COVID-19 Cybersecurity Threats and Vulnerabilities
Working from home has become the new norm for almost all organizations, due to the recent COVID-19 pandemic outbreak. Employees are now working from home using a range of devices, whether personal or provided by their organization. Many organizations are focusing on their business continuity plans allowing them to remain fit for purpose; thus, being able to continue offering their services without any disruption or delay. However, this prioritization of operational continuity may lead to the organization neglecting any security vulnerabilities that might have arisen during the implementation of contingency plans.
A vulnerability on a home device that acts as a medium to a corporate infrastructure (files, servers, emails, etc.) might lead to a security breach and cause significant damage to your organization, both in terms of finances as well as its reputation.
In these circumstances, the odds are overwhelming in favor of organizations experiencing a cyber security incident which may have dire consequences for the organization and/or its clients.
In this briefing we analyze the key threats and vulnerabilities created by the remote working environment, and then set out some best practice measures that can be implemented by organizations to mitigate those risks.
Confidentiality - Data Leakage / Data Theft:
Many organizations give employees the ability to access the corporate data remotely, which is akin to having "open doors" to the corporate data from anywhere and causes a headache for Security Officers on how to fortify the security posture of their organization.
Data leakage is the unauthorized transmission of data from within an organization to an external destination or recipient. The term can be used to describe data that is transferred electronically or physically. Data leakage threats usually occur via the web and email but can also occur via mobile data storage devices such as optical media, USB keys, and laptops.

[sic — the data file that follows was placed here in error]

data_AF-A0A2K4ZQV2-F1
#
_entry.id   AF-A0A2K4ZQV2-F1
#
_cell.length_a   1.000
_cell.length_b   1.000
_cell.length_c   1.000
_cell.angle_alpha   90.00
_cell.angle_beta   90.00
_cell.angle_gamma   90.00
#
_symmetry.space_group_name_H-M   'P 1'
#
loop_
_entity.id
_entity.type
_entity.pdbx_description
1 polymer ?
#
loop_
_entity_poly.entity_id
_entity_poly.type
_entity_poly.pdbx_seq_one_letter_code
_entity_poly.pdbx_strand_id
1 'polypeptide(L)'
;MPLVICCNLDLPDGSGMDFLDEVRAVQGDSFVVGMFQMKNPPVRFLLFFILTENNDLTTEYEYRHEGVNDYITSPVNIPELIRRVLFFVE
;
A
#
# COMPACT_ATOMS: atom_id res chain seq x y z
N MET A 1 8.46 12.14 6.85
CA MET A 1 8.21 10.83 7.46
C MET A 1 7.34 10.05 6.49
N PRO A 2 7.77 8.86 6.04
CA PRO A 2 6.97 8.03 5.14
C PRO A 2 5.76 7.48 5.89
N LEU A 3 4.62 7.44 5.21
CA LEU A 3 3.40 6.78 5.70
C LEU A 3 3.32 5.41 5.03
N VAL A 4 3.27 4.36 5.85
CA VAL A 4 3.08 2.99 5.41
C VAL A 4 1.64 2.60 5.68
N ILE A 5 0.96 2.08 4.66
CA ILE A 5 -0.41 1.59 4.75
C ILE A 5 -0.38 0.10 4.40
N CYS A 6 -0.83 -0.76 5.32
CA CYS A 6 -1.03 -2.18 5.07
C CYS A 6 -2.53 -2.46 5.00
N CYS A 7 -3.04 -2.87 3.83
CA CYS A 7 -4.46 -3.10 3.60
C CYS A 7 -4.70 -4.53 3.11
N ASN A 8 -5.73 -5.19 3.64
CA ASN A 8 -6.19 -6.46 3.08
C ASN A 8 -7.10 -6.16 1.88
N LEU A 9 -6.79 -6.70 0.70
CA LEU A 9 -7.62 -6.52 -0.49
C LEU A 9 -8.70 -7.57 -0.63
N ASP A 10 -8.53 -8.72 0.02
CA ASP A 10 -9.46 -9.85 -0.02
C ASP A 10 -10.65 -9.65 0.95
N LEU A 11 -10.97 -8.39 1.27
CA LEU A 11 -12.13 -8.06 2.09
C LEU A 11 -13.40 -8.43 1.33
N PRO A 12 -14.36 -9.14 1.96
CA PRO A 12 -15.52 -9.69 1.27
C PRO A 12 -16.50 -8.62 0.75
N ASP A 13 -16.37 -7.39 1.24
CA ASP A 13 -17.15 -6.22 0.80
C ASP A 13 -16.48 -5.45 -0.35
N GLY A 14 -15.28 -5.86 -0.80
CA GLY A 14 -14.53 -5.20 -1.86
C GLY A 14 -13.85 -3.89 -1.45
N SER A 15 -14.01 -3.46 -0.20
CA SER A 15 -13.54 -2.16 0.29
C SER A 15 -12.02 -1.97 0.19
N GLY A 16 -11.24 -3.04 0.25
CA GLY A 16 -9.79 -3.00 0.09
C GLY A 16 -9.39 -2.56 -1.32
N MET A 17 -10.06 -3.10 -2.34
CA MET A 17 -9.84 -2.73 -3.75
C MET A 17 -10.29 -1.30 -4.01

Therefore, allowing the use of a home device, without the proper security controls, could easily give an advantage to attackers to gain unauthorized access to confidential data.
Availability - Malware/Ransomware:
A breach is not restricted to data leakage or disclosure of confidential information. Not being able to access your data, or any kind of destruction of data, are also considered breaches. Under the General Data Protection Regulation (GDPR) any kind of breach leading to the accidental or unlawful destruction or loss of data should be notified to the commissioner and data subjects without undue delay, but no later than 72 hours after becoming aware of it.
Such destruction of data could be caused by a type of malware called Ransomware. When executed, Ransomware encrypts all files in the network and usually the attacker demands ransom payment in order to allow the organization to regain access. There are several different ways that ransomware can infect your computer. One of the most common methods today is through emails, which will include a malicious attachment or links to a malicious website.
Integrity – Unsecure Connection:
Integrity refers to the process of ensuring the authenticity of information. Chiefly, ensuring that information is not altered and that the source of the information is genuine. An attacker could take advantage of an unsecure, unencrypted transmission and alter the information on its way to the organization.
Such transmission of data could be input in a system's database, email communication, payment process and any document file accessed by the user. By intercepting and altering the communication to any of the above-mentioned cases the attacker has the ability to cause the organization great financial losses.
To see the full article click here
Originally published 23 April, 2020
The content of this article is intended to provide a general guide to the subject matter. Specialist advice should be sought about your specific circumstances.